You know that movie scene where a straight-laced guy walks into a grungy bar, and tough-looking, muscled men with tattoos and leather jackets stop and stare? The jukebox suddenly freezes, billiards balls knock together as the players hover over the table, everyone dons that intimidating smirk and one thing is absolutely clear: The newcomer is unwelcome.
This is the stereotypical representation of motorcyclists and how I grew up thinking of them: Rough, gritty and mean. But as I have stepped further into that world, I’ve realized that none of those adjectives really apply. In my experience, motorcyclists – leather-clad and tattooed as they are – usually have the heartiest laughs and the biggest hearts of anyone around.
This past Sunday, I got to ride alongside hundreds of these motorcyclists in the Kruise for St. Jude, a group ride created by 95 KSJ that cruises from the Eastern Shore Center all the way to the Flora-Bama, raising funds and awareness for St. Jude Children’s Research Hospital. My boyfriend and I were excited: We always enjoy hopping on his motorcycle and taking a leisurely weekend ride to the beach or just around town when the weather feels nice. And with all the recent rain and cold temps, those trips have been few and far between. So of course, we signed up.
Sunday morning dawned chilly but bright, and as we surveyed the conditions for the ride, our goosebumps betrayed our excitement. As soon as I strapped on my helmet – which always makes me feel pretty cool – I got little butterflies in my stomach. We had never ridden in a group with other people, and other than our occasional Thursday nights playing pool at Bumpers, I had never interacted heavily with other motorcyclists. The aforementioned societal stereotypes filled my mind.
We arrived to the starting line two hours before we were to set off, and as we walked around and admired the other bikes, I felt all my anxieties and preconceived notions disappear. Though my pilot and I were definitely in the minority – with no leather or tattoos – we were welcomed with handshakes, smiles and neighborly conversation. We exchanged stories about previous rides, talked about each other’s bikes and experiences and generally just got to know all of the people around us. By the time the kickstands came up and the engines roared, we felt at home.
The nearly two-hour trip to the Flora-Bama kept me focused and alert in a way I never am in a car for that amount of time. Something about the thrum of a hundred engines in your ears and nature’s aromas surrounding you must have that affect. I recall looking out and watching as we passed beautiful homes, wild wisteria growing on the roadside, open pastures, calm lakes. Our police escort (one of the many improvements that the KSJ Kruise has grown into over the last decade and a half) stopped oncoming traffic. I watched people standing on their porches, smiling and waving, or at the ends of their driveways. People in the stopped cars along the road held camera phones aloft as what must have been a mile or more of motorcycles rumbled past. Even the horses stood motionless, watching with what seemed like awe as we rolled along.
In that engine-induced trance, I meditated on why we were there: St. Jude. I played old TV commercials through my head, thought about a high school friend who had benefited from St. Jude’s care, remembered family friends who had passed through the hospital’s doors. Donating to St. Jude means more than just funding research: It means easing the financial burden on families paying for treatment.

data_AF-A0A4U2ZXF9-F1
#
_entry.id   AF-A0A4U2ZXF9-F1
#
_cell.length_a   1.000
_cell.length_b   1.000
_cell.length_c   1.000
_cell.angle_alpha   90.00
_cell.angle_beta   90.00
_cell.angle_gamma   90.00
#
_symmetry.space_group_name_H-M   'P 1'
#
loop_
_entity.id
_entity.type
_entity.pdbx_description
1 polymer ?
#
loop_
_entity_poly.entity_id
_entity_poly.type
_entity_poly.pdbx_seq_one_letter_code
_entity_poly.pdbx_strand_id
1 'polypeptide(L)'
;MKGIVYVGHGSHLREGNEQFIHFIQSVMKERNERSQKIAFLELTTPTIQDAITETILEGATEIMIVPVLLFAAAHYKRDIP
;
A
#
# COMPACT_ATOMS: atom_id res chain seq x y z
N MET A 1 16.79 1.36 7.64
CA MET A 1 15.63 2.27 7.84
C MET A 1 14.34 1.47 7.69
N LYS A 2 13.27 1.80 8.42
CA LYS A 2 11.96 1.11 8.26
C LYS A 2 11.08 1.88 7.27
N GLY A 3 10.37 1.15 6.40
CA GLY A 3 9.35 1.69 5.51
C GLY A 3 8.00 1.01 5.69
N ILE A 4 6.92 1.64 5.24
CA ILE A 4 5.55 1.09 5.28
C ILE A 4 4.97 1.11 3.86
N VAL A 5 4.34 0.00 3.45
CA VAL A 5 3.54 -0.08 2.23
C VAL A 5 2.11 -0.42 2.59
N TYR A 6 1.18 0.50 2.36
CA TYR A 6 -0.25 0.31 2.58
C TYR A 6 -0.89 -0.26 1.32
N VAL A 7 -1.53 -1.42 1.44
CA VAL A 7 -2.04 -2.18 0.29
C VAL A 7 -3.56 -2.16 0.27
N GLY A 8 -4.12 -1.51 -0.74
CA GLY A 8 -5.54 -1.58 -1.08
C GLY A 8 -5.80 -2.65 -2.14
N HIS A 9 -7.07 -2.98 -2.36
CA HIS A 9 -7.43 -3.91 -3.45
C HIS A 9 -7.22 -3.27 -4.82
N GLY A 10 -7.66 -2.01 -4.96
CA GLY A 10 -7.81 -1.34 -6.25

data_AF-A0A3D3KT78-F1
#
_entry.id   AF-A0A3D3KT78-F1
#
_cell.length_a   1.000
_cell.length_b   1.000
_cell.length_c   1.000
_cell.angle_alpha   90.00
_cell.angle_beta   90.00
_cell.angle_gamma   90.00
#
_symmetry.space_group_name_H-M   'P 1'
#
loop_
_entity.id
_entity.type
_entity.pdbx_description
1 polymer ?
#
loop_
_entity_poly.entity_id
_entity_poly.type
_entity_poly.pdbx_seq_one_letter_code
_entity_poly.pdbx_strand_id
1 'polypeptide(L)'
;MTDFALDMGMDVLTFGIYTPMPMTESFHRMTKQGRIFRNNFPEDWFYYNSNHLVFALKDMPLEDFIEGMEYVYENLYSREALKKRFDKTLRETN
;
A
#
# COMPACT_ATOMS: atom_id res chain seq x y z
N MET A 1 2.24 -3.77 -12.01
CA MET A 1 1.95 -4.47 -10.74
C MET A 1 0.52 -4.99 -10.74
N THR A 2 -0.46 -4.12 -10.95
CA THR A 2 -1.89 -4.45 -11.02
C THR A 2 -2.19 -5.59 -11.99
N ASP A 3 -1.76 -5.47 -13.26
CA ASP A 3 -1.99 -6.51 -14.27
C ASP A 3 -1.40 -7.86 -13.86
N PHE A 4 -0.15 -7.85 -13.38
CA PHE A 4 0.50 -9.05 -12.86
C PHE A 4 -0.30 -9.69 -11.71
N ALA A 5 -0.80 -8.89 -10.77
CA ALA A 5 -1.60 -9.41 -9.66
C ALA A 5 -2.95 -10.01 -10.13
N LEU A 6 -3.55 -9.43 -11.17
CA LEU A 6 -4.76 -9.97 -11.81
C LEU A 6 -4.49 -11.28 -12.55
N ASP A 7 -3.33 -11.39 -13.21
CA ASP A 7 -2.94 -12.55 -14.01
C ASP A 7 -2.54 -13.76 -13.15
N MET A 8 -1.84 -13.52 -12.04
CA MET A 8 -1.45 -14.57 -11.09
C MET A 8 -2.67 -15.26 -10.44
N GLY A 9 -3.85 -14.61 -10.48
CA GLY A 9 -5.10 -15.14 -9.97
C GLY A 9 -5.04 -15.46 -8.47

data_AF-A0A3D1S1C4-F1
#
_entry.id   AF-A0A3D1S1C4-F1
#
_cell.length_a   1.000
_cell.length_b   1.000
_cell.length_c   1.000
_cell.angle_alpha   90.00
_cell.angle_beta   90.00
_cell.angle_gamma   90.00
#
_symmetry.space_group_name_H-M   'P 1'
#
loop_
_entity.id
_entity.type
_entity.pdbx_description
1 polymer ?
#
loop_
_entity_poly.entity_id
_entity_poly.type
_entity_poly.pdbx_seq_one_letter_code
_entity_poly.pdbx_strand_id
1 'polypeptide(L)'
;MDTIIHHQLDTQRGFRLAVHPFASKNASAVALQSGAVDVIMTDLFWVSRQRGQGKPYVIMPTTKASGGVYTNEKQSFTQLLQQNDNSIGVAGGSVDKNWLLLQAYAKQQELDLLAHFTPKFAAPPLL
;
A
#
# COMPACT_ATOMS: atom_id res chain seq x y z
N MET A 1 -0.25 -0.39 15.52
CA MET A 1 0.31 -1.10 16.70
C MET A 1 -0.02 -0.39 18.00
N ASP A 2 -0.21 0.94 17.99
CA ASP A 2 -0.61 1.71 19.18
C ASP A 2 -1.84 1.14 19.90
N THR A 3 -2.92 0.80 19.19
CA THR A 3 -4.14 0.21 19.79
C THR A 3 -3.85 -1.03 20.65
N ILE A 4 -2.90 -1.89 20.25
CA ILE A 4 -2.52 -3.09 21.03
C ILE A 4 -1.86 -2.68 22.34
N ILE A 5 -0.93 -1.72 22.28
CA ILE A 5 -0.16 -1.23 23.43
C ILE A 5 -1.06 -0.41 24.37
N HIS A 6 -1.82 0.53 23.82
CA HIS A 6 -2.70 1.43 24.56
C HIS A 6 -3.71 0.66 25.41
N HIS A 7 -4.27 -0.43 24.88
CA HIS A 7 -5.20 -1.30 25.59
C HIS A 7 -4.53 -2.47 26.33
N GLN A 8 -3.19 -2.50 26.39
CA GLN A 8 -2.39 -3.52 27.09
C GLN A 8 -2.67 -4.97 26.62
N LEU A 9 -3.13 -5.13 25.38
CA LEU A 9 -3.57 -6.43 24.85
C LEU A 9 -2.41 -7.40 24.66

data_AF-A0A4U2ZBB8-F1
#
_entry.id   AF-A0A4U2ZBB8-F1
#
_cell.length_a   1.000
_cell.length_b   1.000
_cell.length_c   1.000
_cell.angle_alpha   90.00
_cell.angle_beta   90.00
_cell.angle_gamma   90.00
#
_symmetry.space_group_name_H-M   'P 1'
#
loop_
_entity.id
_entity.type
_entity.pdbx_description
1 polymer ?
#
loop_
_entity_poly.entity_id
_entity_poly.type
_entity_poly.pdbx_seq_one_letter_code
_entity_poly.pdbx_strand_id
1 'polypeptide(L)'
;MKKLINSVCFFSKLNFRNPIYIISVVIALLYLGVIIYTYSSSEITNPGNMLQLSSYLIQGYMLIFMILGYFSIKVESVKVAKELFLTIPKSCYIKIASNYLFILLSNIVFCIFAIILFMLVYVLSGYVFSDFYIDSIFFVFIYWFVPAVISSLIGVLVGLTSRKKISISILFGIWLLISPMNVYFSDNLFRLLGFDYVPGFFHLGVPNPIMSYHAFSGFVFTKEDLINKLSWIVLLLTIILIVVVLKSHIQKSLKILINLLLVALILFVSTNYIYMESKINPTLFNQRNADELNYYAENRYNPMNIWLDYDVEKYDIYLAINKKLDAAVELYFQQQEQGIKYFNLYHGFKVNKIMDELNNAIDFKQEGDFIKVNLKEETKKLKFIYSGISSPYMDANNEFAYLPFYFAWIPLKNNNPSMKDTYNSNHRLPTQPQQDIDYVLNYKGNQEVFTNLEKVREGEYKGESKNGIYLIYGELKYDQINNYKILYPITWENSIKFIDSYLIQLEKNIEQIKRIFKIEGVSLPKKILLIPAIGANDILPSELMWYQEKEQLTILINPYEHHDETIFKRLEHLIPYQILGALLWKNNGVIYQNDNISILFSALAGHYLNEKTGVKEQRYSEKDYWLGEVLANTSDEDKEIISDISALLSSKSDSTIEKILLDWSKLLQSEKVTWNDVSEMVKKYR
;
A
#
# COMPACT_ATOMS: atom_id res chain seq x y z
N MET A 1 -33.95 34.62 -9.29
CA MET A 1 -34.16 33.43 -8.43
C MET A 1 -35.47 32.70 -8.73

I pondered all this and so much more, thinking about what it means to truly empathize and care for others, to be thankful for the lot I’ve been doled, to take every second of your life and make it worth living, whatever that means to each person. And I don’t know that I came to any magnificent conclusion: I didn’t crack any universal mysteries or stumble upon the answer to everything that ever was. But asking yourself these questions and listening to your own answers is important: It’s what keeps you thinking and caring, what keeps you open-minded.
We arrived at the Flora-Bama Yacht Club just before 3 p.m., and for the next four hours had some good, relaxing fun. 95 KSJ booked two great musical gigs and walked about the crowd selling raffles and talking about why St. Jude rocks. It was a day of sunshine and laughs and good-natured mingling. My usually shy self chatted easily with the people around me. When we climbed back on the bike for the two-hour trek home, I felt like my day had been worth something.
I couldn’t tell you exactly why the Kruise for St. Jude struck me the way it did. Perhaps it was the mission of the organization or maybe the people around me were simply exceptional. But what I think really did it? The community around Mobile area motorcyclists. Riding side by side with hundreds of men and women who love the feeling of rushing air on their face and the roar of an engine in their ears and who feel passionately about this cause invigorated me in a way I haven’t experienced in a long time. Motorcycle gangs aren’t scary, or mean, or really even gritty. They’re people. And for as many different kinds of motorcycles out there (and there are tons), there’s a driver. No two are the same, and that’s what makes them so amazing.
I encourage you to click the link below and consider donating to St. Jude. Anything at all. The Kruise may be over, but the fight is not. My thanks to Bill Black with 95 KSJ for helping me better understand the mission of the Kruise. Thank you also to the rest of the 95 KSJ team for their dedication in keeping this event going for 14 years, for ensuring that people are safe in the midst of their fun (there hasn’t been a single injury or fatality in the Kruise’s history), and for giving people a unique opportunity to contribute to our community, in Mobile and beyond.
Text and photos by Chelsea Wallace